The infamous saying “tax shouldn’t be taxing” is something that I feel rings true for its synonym, to assess. Assessment is a key element of teaching and learning, both in its summative and formative forms, and enables for a review of progress. Assessment is most valuable when it translates into effective feedback which supports bespoke, personalised future-learning, both empowering students to take ownership for development and equipping teachers with the ability to facilitate this. However, with full teaching timetables, a growth in the amount of assessments set within schools, and the melting pot of other duties, it has become even more pertinent to find ways to make assessment and feedback not only effective, but also efficient.
When it comes to traditional subjects - the ones that have been taught and used effectively for centuries without the use of technology - the co-existence of old and selective use of the new seems to be the best way to innovate the curriculum. As we get to grips with the ‘new’ GCSEs and learn more about the workings of the mind and memory, check tests, dual coding, factual recall and retrieval practise are all making a comeback.
Coming to a classroom near you… Virtual Reality (or simply VR), the immersive learning experience that enables students to see, feel, and smell the past! Sound a bit futuristic? Well, VR is here to stay. Various incarnations have been used in films, medicine, science, art, leisure, and now it’s making its way into schools.
Having taught now since 2008, and having been a subject lead since 2010, I have seen through a fair share of changes to the History curriculum. When I first arrived, my school was teaching a traditional KS3 system (think Romans, 1066 and all that, Medieval life in Year 7) before a GCSE and A-Level that bore no link or pathway to the GCSE. Since then, “what sort of curriculum?” has become a key part of the historical debate.
A century on from the First World War, today’s students are increasingly distanced from the lives and experiences of those who fought in the conflict. There are fewer and fewer people who can talk to grandparents and great grandparents about the war, and how it affected people living at the time, from soldiers to women and children on the Home Front.
The only time black history is celebrated is in October. This connotes a separatism between stories in history, which creates an implicit understanding of ‘our’ history and ‘their’ history. I do not agree with treating the black experience as a separate entity. The black experience should be interweaved throughout the curriculum when possible.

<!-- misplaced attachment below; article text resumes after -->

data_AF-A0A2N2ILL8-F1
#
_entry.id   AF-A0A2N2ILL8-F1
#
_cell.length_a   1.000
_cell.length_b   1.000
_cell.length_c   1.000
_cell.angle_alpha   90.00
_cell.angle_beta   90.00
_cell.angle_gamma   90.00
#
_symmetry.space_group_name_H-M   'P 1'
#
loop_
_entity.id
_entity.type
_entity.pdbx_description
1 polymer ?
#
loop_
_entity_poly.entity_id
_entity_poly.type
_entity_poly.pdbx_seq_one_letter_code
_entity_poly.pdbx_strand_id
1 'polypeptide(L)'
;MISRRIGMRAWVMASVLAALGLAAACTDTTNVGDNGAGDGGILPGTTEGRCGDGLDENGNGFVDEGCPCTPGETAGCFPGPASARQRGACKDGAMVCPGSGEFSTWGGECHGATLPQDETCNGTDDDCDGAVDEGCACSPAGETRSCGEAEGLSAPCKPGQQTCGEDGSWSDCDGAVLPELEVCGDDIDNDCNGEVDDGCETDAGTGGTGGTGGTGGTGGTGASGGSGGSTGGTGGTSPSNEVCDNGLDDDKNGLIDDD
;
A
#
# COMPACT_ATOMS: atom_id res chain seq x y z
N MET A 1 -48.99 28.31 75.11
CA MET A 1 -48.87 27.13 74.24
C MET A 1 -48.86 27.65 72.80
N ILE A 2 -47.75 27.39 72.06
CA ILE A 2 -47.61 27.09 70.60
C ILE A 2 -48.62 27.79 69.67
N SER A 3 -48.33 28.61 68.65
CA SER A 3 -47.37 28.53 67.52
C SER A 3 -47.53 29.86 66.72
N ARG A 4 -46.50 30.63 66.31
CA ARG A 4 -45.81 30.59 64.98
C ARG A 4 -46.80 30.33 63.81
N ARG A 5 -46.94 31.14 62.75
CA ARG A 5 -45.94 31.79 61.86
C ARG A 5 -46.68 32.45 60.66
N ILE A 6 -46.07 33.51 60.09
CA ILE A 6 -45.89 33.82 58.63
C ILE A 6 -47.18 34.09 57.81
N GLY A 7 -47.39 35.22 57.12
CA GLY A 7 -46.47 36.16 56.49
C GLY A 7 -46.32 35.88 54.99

Despite all the educational changes that have happened since I started teaching History just under a decade ago, one thing has remained a constant. Source analysis is the hardest component for students to understand. This is part of my ‘why’ in that I do not remember any lesson in Secondary, A-level or degree that asked me to develop my ability to use sources. This may be me being incredibly disingenuous, and I am sure that any ability I have is not divined or been bestowed by anything other than practice. It may just have not been made as obvious to me it is now. Nevertheless I have constantly looked for ways to make source analysis more engaging, purposeful and develop the skills for students to engage in a real critique of sources.
Two weeks ago we shared five key dates, from September to January, that schools can use to deliver lessons that offer something different. Here, we cover February to July.
Historic Royal Palaces (HRP) is bringing history to life through its schools’ programme, designed to excite and inspire teachers and pupils through high quality learning experiences. HRP look after six major palaces in the UK, including the Tower of London, Hampton Court Palace and Kensington Palace. The schools’ programme welcomes school visits from all over the world, helping students to explore the story of how monarchs and people have shaped society, in some of the greatest palaces ever built.
Working in an inner city school, History is often seen to be very irrelevant to students and therefore boring. I remember my first ever A level lesson with my Year 12s in 2015, I asked them individually ‘Why have you chosen to study History?’ The common answer was “to study Civil Rights”. The problem was that Civil Rights was part of the A2 course, which meant that they would had to wait a whole year to be taught that particular module. Therefore teaching the Tudors to a class that just wanted to learn only about black history was hard. As a result I had to ask myself: ‘How can I engage them in a topic that seems boring and irrelevant to their lives?’